The Series Finale Of “Succession” Will Be 90 Minutes Long
We’re more than halfway through the fourth and final season of HBO’s Succession, and it’s still unclear which character will succeed Brian Cox’s Rupert Murdoch-esque media mogul Logan Roy. Now, the show’s composer, Nicholas Britell, has told Variety that the finale will be 90 minutes long. “It’s a huge episode – like a movie.” Then they should show it in theaters. That way, we can all cheer as a community when Logan rises from his grave, calls his kids morons, and hands over complete control of Waystar Royco to Mondale, the dog Shiv and Tom have ignored the entire series.
The Succession finale will air Sunday, May 29, and it was directed by the show’s executive producer, Mark Mylod. He’s already directed a bunch of eps, including all the season finales and this season’s premiere. So, I suppose we can trust him. The final three episodes have been written by series creator Jesse Armstrong.
GQ reports that the finale will be called, “With Open Eyes”. And you bet your impoverished ass that Succession-obsessives have already figured out what it means.:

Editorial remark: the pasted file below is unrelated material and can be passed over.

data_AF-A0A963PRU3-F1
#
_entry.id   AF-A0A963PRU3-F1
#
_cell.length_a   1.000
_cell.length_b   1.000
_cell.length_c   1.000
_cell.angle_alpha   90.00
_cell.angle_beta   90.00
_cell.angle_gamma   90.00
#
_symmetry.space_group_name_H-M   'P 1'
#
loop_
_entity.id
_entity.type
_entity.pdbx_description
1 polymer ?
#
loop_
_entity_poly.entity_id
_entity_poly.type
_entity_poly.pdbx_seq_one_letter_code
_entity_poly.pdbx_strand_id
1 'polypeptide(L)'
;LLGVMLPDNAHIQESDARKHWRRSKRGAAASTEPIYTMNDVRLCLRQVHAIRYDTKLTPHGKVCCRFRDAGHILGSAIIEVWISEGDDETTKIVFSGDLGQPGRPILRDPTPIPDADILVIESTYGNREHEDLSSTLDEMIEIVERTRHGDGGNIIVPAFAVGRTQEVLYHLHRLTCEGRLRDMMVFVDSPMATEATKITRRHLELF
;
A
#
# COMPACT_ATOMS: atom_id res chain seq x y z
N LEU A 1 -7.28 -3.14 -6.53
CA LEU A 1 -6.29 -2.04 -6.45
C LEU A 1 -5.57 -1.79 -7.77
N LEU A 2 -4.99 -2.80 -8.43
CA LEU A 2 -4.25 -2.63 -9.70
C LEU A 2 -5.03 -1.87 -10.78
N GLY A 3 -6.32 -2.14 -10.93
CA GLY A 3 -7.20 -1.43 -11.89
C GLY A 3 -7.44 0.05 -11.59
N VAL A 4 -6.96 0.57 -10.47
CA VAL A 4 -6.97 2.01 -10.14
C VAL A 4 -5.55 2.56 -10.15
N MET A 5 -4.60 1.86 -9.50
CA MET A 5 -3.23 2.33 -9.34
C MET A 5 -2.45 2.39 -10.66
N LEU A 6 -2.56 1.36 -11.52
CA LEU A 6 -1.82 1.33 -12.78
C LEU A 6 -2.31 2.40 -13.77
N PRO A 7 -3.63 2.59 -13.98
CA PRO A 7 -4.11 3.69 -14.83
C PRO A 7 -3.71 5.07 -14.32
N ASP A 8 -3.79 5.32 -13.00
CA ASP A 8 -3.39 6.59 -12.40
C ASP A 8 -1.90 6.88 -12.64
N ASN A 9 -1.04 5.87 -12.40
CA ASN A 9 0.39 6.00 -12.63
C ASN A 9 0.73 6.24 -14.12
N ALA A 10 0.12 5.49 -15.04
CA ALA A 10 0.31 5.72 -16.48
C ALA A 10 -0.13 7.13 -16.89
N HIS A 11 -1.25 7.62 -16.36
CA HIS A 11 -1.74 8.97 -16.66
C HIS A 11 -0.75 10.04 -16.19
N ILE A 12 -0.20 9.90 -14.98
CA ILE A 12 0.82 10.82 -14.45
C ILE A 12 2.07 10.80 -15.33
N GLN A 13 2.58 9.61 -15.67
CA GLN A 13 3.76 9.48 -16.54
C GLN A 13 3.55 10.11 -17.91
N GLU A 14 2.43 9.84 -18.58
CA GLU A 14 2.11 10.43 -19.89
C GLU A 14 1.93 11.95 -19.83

Like every other Succession season finale before it, the Season 4 finale takes its name from the poem “Dream Song 29,” by John Berryman, originally published in 1964.
Season 1 ended with “Nobody Is Ever Missing,” season 2 followed that with “This Is Not For Tears,” and season 3 used “All the Bells Say.” The title phrases appear out of order and non-consecutively in the poem, but taken together offer clues to the kind of tone Succession creator Jesse Armstrong has been trying to create over these 40-plus hours of television.
Poet John Berryman had a rough life. He was haunted by the death of his father, who shot himself when he was 11, and, in 1972, he killed himself by jumping off Minnesota’s Washington Avenue Bridge. Let’s hope everyone keeps an extremely close eye on Jeremy Strong’s Kendall Roy in the finale. “Dream Song 29” also contains a character who thinks he may have killed someone (Kendall with the wedding cater waiter in Season 1) and possible references to King Lear and Oedipus Rex (kill your father, marry your mother).
Speaking of marrying your mommy, as this season marches on, I’m starting to worry that Gerri (J. Smith Cameron) and Roman (Kieran Culkin) won’t ever hook up. All that sexual tension in Seasons 2 and 3, and then, in the last episode, Roman just randomly fires her? It’s not fair! Let them fuck! Let them fuck! Who’s with me? Nobody? And you think I’m a perv? Sigh.
Pic: Janet Mayer/startraksphoto.com/Cover Images